Graduated in Fine Arts – University of Canterbury
Tuna Heke (Migrating Eel) – Created in Christchurch,
cast in Auckland, 2017 edition 4/15
Bronze, 20.5cm long x 9cm wide x 3.5cm high
Ngāi Tahu, Ngāpuhi, Ngāti Kahu.
Priscilla was born and raised in Te Waipounamu, the South Island of New Zealand. Priscilla Cowie works as a painter, sculptor and designer – Māori culture is the backbone of her art practice. Priscilla has completed several public art commissions, for Te Rūnanga ō Ngāi Tahu, honouring tuna (eels) her most recent steel sculpture “Kirihao – Resilience” is situated at the Pita Te Hori Centre, Christchurch, New Zealand. Priscilla also created seven bronze eels for “Te Hononga,” the Christchurch Civic building. In 2013, Priscilla designed shade sails, that are now installed in a Māori garden, at Les Jardins de Fruitiers de Laquenexy, near Metz, France. In 2014, thanks to the generous support from Creative New Zealand Priscilla was able to participate in the Artists in Residence – Vallauris, France. In 2015 Priscilla was mentored by Marian Fountain to create bronze medals, in Paris, France. Priscilla further completed integrated art designs at Tākaro ā Poi, Margret Mahy Family Park, Christchurch, New Zealand. Priscilla is a graduate of the University of Canterbury, School of Fine Arts, New Zealand. She has extended her art practice by attending International Indigenous Artist Gatherings.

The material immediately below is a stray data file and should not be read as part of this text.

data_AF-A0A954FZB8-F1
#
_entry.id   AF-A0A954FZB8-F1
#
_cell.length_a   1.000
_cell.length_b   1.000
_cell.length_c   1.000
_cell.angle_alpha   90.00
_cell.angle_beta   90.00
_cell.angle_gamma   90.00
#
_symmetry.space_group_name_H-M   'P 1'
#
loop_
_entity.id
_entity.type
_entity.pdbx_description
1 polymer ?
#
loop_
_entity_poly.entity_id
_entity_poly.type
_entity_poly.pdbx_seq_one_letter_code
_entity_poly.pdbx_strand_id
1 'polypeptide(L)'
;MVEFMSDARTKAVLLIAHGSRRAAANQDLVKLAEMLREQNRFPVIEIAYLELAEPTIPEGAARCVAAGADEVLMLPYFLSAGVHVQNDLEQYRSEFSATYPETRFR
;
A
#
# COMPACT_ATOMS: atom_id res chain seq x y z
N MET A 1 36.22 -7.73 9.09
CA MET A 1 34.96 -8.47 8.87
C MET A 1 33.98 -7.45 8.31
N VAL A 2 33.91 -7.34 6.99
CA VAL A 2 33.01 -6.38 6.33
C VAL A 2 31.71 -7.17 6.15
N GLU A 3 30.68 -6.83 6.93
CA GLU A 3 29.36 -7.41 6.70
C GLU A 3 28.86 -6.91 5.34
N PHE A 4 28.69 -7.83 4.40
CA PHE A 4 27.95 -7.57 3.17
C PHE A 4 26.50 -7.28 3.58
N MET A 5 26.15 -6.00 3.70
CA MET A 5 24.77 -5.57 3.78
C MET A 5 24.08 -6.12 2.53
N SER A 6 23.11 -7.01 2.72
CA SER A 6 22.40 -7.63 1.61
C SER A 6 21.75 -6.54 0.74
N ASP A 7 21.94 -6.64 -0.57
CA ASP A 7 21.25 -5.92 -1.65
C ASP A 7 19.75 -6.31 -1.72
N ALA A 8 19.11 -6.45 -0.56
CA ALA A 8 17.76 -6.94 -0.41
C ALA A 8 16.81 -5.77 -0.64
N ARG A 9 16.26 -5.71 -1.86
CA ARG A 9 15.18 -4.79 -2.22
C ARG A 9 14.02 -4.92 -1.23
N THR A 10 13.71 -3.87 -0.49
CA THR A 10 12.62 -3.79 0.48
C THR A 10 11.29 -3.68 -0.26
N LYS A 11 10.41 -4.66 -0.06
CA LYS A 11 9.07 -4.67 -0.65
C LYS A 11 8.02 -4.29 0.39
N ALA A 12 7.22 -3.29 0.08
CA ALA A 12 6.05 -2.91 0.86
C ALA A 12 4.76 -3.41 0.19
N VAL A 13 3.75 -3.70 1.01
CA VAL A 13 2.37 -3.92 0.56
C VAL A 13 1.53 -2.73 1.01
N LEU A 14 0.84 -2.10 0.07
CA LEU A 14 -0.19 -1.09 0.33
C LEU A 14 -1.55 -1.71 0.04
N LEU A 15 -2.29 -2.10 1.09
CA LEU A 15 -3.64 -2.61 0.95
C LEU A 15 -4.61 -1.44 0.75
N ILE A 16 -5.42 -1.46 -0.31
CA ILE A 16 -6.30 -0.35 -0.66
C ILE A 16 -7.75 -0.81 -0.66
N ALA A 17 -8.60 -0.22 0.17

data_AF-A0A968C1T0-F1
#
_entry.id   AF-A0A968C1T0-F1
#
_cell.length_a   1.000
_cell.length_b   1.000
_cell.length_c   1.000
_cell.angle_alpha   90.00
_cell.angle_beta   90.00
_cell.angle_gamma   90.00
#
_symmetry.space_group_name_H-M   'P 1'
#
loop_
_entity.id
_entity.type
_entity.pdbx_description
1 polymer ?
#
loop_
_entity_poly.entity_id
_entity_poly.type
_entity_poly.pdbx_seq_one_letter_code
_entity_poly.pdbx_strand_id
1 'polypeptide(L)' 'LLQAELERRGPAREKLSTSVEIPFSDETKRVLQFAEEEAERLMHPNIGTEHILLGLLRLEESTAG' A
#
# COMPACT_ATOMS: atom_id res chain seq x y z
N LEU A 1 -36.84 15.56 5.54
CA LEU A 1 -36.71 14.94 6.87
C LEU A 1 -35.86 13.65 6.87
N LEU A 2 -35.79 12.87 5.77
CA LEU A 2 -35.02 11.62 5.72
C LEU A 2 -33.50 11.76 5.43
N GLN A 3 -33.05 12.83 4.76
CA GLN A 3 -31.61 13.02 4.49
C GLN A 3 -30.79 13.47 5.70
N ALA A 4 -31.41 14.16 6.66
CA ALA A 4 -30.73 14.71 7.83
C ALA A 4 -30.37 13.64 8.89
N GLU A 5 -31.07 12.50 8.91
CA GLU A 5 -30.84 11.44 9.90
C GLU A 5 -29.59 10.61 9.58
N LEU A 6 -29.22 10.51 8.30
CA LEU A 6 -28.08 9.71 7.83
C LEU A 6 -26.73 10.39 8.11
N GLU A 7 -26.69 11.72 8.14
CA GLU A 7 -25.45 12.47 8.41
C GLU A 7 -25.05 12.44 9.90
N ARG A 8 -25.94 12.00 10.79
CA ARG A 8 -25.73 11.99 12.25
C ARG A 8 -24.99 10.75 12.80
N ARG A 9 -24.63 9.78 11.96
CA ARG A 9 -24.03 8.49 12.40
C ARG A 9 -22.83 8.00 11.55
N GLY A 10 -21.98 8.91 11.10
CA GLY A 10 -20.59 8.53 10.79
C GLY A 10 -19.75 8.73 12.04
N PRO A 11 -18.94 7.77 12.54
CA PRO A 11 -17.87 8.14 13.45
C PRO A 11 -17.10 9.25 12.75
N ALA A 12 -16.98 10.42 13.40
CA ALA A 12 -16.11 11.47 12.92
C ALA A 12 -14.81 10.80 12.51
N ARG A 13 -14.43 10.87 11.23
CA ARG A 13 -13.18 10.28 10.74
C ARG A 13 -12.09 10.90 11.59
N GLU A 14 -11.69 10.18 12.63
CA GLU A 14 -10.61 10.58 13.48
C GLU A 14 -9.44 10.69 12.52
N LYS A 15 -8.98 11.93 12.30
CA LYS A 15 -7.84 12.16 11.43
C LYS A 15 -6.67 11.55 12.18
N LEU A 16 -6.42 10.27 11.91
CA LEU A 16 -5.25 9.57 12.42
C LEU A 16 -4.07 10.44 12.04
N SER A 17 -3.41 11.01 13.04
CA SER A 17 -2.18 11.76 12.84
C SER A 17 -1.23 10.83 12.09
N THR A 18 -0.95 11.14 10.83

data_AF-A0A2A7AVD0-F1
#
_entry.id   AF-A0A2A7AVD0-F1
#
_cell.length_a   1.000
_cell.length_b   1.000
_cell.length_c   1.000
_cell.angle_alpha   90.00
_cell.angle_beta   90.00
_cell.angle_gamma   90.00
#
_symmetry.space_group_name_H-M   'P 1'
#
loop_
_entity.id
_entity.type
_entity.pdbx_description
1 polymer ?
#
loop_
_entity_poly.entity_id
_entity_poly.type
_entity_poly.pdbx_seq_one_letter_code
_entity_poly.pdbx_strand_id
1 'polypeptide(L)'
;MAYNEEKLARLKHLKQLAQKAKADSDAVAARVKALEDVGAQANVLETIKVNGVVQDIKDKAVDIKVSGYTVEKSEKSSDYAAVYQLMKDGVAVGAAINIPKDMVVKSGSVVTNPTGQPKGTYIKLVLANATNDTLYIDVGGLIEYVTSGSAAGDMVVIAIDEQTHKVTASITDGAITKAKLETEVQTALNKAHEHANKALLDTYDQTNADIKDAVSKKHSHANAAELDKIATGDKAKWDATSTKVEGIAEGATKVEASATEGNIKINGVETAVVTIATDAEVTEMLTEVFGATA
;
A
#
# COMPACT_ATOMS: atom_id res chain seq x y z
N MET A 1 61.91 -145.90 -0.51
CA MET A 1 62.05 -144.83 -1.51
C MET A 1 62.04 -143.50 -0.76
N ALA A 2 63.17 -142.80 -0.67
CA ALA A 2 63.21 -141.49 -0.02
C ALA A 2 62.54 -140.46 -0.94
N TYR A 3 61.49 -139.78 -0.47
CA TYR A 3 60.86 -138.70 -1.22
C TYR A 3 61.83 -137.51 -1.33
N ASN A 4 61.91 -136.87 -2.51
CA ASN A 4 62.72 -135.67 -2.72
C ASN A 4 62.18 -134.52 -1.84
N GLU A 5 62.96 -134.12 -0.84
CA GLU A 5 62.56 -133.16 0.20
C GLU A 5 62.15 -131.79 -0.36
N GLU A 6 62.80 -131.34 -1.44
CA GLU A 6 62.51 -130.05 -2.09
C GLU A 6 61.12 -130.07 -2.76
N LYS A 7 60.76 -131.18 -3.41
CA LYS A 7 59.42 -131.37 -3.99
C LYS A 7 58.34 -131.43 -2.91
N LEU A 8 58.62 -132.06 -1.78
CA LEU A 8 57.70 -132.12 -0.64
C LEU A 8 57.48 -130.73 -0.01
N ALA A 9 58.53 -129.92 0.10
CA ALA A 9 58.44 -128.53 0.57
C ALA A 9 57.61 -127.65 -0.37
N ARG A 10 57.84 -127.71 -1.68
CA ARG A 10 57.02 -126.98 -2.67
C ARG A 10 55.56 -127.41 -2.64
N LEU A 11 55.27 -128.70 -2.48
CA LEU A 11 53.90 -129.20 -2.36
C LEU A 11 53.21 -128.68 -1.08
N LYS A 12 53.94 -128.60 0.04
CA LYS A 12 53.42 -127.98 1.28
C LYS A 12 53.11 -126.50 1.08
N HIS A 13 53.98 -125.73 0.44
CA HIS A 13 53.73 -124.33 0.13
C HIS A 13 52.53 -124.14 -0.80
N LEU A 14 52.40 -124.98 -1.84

Kirihao is a turn of phrase used to indicate when someone is “thick skinned” or tenacious like our hao (longfin eel). Kirihao also means to be resilient. A sculpture that I worked on recently titled “Kirihao – Resilience”, in Ōtautahi, Christchurch, offers people the opportunity to be inspired by the tenacity of hao to survive in polluted waters. Like the hao we are able to continue to move explore and create through times of adversity.
Hao, are highly valued within Ngāi Tahu culture, as a taonga (treasure) and a source of kai (food).
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